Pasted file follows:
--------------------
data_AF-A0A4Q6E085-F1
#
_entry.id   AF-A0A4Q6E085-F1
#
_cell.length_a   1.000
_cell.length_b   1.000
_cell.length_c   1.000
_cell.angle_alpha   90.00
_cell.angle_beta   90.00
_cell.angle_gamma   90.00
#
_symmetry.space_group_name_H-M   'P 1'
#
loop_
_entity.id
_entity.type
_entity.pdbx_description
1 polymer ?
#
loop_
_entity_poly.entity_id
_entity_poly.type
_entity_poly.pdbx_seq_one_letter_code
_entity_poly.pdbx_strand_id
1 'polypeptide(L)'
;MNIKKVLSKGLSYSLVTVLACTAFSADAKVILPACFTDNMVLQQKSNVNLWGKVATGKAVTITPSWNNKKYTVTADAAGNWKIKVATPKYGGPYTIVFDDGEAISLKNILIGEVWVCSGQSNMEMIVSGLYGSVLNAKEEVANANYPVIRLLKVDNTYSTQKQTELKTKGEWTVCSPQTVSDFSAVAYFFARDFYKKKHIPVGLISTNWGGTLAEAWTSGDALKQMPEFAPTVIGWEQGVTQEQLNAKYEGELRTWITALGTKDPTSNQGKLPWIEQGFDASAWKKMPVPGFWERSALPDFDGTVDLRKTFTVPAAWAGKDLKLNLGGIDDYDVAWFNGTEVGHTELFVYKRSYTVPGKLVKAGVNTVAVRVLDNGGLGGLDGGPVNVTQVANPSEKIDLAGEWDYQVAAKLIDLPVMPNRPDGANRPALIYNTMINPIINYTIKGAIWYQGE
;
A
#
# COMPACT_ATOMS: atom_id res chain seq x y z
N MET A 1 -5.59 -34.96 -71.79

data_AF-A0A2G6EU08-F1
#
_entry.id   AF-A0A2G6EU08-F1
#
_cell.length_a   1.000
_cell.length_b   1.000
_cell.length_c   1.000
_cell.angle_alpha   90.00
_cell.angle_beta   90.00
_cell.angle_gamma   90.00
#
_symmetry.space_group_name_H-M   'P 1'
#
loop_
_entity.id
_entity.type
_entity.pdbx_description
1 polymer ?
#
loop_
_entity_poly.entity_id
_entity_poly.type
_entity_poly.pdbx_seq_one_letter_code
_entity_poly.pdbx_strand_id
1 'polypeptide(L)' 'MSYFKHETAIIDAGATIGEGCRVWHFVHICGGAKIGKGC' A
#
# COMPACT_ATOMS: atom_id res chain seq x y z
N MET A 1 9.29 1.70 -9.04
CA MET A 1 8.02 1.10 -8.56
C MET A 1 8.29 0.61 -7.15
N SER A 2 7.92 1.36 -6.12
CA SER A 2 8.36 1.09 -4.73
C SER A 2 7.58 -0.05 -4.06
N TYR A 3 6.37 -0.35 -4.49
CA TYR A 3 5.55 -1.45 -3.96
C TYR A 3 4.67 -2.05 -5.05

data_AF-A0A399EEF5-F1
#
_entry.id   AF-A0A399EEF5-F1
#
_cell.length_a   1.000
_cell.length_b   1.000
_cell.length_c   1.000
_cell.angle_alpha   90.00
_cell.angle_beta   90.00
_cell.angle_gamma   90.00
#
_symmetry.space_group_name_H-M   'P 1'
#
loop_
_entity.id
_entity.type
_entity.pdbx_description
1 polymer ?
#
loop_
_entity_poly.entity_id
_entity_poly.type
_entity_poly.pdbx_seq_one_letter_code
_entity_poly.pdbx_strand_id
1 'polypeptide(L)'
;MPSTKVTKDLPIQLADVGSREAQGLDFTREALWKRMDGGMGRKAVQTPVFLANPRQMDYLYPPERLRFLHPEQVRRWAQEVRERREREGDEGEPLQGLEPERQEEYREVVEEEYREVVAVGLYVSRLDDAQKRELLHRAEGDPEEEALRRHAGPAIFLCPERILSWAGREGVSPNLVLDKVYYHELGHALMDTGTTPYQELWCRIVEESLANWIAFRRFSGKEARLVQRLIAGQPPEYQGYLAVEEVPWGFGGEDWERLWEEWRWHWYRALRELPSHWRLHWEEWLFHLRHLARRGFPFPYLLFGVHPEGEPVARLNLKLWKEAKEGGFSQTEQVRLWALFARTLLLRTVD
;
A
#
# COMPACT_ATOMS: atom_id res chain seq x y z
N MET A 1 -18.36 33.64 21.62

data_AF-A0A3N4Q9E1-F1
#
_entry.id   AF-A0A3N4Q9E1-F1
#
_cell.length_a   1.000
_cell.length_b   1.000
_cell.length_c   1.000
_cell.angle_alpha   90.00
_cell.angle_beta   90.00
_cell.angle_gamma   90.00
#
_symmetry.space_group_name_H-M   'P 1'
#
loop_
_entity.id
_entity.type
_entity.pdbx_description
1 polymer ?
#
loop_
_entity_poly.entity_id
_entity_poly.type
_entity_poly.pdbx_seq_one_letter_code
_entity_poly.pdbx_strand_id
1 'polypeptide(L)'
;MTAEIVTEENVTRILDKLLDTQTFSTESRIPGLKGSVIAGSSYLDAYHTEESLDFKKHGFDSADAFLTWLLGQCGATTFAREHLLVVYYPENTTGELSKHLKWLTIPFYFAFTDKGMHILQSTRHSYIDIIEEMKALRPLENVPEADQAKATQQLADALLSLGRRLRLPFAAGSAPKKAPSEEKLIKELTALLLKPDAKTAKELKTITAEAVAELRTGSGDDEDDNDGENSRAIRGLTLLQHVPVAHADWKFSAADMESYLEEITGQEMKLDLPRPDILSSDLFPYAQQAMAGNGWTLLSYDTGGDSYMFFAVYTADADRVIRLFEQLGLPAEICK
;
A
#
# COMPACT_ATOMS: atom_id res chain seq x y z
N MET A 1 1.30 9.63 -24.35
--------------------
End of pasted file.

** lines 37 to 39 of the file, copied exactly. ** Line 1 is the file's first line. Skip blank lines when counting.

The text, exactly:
_cell.length_b   1.000
_cell.length_c   1.000
_cell.angle_alpha   90.00